Saturday, November 14, 2009

The wild one.

Autumn is indeed settling in and the few deciduous trees we have around Napa are showing off brilliant hues of yellow, orange, and red. One star performer in this category that often fails to get attention is Vitis californica, the native California wild grape. This deciduous vine is not shy and is very conspicuous, this time of year, in it's encroachment upon other vegetation. In riparian woodlands, stream-banks, and swales you can spot this wild vine scrambling up the trees and shrubs that are capable of supporting it's vertical growth habit of up to 40 feet. V. californica is important to wildlife as it's vegetation provides shelter and it's grapes, which ripen quite late, provide autumn and winter food for Napa's resident critters and our winter visitors.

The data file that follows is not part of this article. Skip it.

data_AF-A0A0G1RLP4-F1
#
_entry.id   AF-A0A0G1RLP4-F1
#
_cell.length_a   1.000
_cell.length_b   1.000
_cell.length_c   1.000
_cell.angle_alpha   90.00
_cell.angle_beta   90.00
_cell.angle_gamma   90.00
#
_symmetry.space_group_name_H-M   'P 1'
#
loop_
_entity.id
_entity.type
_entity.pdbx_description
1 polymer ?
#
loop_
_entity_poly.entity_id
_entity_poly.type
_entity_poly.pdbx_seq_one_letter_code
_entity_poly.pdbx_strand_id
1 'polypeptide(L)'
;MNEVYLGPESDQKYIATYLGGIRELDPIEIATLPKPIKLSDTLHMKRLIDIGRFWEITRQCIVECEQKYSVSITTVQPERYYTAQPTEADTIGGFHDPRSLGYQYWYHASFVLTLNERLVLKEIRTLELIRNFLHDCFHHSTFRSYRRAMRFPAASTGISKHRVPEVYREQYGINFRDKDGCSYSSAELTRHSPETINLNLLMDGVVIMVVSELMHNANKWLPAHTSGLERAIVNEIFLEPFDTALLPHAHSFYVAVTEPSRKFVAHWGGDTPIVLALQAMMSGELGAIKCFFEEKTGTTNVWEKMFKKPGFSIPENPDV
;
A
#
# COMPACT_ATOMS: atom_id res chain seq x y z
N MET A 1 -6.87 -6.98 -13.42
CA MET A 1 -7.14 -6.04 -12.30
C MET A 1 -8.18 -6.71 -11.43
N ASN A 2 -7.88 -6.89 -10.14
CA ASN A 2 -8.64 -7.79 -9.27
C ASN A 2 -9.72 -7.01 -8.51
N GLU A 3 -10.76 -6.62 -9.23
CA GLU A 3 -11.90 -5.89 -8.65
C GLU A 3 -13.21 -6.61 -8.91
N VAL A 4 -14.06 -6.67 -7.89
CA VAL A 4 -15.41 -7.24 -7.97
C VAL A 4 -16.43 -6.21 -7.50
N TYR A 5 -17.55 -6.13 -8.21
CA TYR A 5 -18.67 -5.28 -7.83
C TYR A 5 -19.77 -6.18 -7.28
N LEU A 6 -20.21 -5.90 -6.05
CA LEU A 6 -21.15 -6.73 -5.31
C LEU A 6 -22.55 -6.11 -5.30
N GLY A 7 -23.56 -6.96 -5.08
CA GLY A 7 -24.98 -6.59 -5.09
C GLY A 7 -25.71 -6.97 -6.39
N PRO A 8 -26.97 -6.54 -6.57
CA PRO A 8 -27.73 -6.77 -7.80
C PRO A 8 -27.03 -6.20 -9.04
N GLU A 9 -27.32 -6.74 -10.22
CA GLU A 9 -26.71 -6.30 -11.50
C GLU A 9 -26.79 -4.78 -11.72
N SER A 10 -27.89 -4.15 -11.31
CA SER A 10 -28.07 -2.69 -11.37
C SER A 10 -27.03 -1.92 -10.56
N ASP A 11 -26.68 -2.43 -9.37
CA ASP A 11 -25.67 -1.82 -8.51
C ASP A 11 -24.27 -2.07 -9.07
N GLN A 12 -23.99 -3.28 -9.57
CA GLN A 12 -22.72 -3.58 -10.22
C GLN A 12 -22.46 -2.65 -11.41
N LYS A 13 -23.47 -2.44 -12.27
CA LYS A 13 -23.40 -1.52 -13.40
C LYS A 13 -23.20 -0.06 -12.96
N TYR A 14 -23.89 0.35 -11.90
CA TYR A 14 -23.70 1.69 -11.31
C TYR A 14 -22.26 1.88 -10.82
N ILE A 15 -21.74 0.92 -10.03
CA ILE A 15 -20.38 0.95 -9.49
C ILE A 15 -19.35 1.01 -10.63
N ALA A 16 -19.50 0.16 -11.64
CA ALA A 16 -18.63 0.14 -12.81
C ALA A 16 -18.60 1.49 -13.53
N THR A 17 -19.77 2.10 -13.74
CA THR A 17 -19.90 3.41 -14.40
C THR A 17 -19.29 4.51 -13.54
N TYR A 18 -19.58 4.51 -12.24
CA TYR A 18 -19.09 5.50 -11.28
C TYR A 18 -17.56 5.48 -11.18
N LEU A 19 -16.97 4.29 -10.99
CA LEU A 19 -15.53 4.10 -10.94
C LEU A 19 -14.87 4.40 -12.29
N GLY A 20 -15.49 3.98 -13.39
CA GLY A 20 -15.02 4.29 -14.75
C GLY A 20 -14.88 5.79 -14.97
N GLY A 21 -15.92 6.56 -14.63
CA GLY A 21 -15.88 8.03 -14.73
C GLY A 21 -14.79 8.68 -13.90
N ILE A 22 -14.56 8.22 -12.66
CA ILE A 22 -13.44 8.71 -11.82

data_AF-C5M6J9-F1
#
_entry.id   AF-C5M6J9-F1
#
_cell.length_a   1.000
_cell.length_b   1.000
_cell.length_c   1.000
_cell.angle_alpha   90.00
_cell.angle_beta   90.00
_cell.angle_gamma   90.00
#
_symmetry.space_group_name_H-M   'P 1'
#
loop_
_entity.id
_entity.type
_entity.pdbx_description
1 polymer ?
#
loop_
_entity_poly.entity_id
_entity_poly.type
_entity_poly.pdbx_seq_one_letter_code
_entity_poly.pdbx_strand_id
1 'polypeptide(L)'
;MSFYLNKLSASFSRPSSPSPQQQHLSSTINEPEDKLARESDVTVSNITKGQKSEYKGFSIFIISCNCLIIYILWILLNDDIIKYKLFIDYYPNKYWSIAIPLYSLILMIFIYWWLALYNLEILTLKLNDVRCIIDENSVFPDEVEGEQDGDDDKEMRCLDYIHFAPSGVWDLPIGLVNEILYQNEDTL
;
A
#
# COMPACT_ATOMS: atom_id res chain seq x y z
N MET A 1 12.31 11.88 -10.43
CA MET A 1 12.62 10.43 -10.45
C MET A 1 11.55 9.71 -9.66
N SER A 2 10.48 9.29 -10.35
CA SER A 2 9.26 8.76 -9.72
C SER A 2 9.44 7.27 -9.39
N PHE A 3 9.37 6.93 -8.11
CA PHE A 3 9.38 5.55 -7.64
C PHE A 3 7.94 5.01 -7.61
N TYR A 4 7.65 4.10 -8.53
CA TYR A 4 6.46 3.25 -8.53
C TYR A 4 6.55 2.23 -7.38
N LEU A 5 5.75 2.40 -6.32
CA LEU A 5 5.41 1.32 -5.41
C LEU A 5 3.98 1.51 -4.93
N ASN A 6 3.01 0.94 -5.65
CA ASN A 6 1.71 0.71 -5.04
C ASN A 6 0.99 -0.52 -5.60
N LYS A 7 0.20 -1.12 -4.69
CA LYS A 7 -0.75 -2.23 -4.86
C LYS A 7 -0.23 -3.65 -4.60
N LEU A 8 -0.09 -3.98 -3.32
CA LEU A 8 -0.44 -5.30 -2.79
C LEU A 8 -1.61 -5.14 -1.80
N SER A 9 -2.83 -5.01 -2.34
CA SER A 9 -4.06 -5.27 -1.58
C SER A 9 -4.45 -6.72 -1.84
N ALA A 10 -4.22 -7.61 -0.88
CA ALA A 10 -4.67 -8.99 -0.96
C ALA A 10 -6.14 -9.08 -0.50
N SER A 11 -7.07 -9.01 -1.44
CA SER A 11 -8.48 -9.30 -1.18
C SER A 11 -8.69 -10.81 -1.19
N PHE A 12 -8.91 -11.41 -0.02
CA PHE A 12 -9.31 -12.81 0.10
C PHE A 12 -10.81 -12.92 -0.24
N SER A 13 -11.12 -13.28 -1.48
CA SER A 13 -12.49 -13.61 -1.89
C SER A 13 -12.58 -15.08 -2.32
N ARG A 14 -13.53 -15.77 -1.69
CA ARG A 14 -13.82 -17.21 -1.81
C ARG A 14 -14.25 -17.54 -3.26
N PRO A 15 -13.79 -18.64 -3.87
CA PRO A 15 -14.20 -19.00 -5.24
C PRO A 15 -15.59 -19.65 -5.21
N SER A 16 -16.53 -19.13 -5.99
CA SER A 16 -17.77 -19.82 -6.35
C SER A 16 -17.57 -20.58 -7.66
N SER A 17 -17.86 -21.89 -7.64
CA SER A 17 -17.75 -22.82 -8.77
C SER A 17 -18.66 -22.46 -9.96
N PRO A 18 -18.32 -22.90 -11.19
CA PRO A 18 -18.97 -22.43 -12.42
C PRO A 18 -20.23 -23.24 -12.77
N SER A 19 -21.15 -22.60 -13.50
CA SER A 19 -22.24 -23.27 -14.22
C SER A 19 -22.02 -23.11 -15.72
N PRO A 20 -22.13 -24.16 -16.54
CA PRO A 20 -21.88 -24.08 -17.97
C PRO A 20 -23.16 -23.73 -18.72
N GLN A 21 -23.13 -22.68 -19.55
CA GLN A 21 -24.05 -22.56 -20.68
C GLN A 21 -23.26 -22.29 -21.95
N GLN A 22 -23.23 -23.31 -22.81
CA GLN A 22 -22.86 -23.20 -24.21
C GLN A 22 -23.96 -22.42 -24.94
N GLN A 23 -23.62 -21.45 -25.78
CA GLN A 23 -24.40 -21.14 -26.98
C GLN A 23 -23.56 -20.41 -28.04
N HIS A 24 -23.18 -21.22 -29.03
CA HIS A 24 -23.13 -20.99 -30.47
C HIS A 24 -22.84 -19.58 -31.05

The native vine has been employed in California since long before the first Spanish Padres planted their mission vineyards. Indigenous people cultivated and ate the grapes and leaves, used dried vines to weave baskets, and made tinctures to be used as mouthwashes and as a treatment for diarrhea. Lovely!
Apparently, jam can be also made from it's grapes. I have never personally seen a cluster of V. californica grapes. I've only glimpsed these vines from afar, usually out of my car window, and have never really felt a pressing need to clamber through a thicket, and risk getting a bad case of poison oak in the process, just for a quick look-see. There are plenty of cultivated grape varietals here in Vinoland to satiate any desire I may have to get up close and personal with a berry. Besides, who am I kidding, I much prefer having Thud and Prince Charles take care of all my jammy aspirations.